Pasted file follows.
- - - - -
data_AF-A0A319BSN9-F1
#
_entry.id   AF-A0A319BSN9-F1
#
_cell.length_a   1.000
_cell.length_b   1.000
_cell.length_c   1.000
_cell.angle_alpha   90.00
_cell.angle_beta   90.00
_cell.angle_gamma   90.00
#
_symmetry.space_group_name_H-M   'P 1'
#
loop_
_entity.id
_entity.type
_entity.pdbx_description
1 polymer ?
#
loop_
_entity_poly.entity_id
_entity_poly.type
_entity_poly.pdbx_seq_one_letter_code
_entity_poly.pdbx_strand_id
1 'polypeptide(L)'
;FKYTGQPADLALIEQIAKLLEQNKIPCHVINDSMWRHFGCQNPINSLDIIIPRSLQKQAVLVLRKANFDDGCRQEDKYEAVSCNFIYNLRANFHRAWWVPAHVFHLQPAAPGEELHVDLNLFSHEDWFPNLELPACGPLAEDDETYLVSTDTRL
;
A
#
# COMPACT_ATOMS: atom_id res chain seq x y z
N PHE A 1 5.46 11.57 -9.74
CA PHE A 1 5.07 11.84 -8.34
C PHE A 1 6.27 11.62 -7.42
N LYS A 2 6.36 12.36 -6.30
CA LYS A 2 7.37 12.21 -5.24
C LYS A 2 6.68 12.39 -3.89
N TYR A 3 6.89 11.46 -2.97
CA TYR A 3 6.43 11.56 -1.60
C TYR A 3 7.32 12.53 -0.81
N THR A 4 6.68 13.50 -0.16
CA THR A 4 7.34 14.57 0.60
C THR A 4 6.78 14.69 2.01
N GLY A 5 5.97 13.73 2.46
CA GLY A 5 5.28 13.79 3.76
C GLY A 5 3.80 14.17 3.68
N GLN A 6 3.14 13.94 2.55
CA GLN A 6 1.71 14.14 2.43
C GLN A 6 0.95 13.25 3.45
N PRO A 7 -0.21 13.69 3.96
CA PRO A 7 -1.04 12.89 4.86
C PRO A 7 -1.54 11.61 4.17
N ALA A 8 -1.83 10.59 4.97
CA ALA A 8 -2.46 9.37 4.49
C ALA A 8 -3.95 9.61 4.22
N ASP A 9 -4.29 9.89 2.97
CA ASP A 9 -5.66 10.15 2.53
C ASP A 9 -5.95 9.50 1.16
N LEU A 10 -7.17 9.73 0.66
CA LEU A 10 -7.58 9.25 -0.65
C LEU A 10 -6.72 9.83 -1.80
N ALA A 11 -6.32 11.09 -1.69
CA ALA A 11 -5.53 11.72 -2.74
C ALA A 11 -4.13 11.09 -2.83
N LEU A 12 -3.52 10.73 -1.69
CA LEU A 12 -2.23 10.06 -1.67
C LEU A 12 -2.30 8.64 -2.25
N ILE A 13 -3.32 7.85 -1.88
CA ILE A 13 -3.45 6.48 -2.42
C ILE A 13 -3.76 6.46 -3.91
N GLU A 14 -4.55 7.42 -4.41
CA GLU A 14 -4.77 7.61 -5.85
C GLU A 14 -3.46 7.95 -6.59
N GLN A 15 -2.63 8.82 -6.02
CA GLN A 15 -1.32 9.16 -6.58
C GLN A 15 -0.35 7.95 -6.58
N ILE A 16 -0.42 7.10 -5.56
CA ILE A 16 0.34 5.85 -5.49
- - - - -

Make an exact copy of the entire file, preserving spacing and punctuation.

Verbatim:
data_AF-A0A319BSN9-F1
#
_entry.id   AF-A0A319BSN9-F1
#
_cell.length_a   1.000
_cell.length_b   1.000
_cell.length_c   1.000
_cell.angle_alpha   90.00
_cell.angle_beta   90.00
_cell.angle_gamma   90.00
#
_symmetry.space_group_name_H-M   'P 1'
#
loop_
_entity.id
_entity.type
_entity.pdbx_description
1 polymer ?
#
loop_
_entity_poly.entity_id
_entity_poly.type
_entity_poly.pdbx_seq_one_letter_code
_entity_poly.pdbx_strand_id
1 'polypeptide(L)'
;FKYTGQPADLALIEQIAKLLEQNKIPCHVINDSMWRHFGCQNPINSLDIIIPRSLQKQAVLVLRKANFDDGCRQEDKYEAVSCNFIYNLRANFHRAWWVPAHVFHLQPAAPGEELHVDLNLFSHEDWFPNLELPACGPLAEDDETYLVSTDTRL
;
A
#
# COMPACT_ATOMS: atom_id res chain seq x y z
N PHE A 1 5.46 11.57 -9.74
CA PHE A 1 5.07 11.84 -8.34
C PHE A 1 6.27 11.62 -7.42
N LYS A 2 6.36 12.36 -6.30
CA LYS A 2 7.37 12.21 -5.24
C LYS A 2 6.68 12.39 -3.89
N TYR A 3 6.89 11.46 -2.97
CA TYR A 3 6.43 11.56 -1.60
C TYR A 3 7.32 12.53 -0.81
N THR A 4 6.68 13.50 -0.16
CA THR A 4 7.34 14.57 0.60
C THR A 4 6.78 14.69 2.01
N GLY A 5 5.97 13.73 2.46
CA GLY A 5 5.28 13.79 3.76
C GLY A 5 3.80 14.17 3.68
N GLN A 6 3.14 13.94 2.55
CA GLN A 6 1.71 14.14 2.43
C GLN A 6 0.95 13.25 3.45
N PRO A 7 -0.21 13.69 3.96
CA PRO A 7 -1.04 12.89 4.86
C PRO A 7 -1.54 11.61 4.17
N ALA A 8 -1.83 10.59 4.97
CA ALA A 8 -2.46 9.37 4.49
C ALA A 8 -3.95 9.61 4.22
N ASP A 9 -4.29 9.89 2.97
CA ASP A 9 -5.66 10.15 2.53
C ASP A 9 -5.95 9.50 1.16
N LEU A 10 -7.17 9.73 0.66
CA LEU A 10 -7.58 9.25 -0.65
C LEU A 10 -6.72 9.83 -1.80
N ALA A 11 -6.32 11.09 -1.69
CA ALA A 11 -5.53 11.72 -2.74
C ALA A 11 -4.13 11.09 -2.83
N LEU A 12 -3.52 10.73 -1.69
CA LEU A 12 -2.23 10.06 -1.67
C LEU A 12 -2.30 8.64 -2.25
N ILE A 13 -3.32 7.85 -1.88
CA ILE A 13 -3.45 6.48 -2.42
C ILE A 13 -3.76 6.46 -3.91
N GLU A 14 -4.55 7.42 -4.41
CA GLU A 14 -4.77 7.61 -5.85
C GLU A 14 -3.46 7.95 -6.59
N GLN A 15 -2.63 8.82 -6.02
CA GLN A 15 -1.32 9.16 -6.58
C GLN A 15 -0.35 7.95 -6.58
N ILE A 16 -0.42 7.10 -5.56
CA ILE A 16 0.34 5.85 -5.49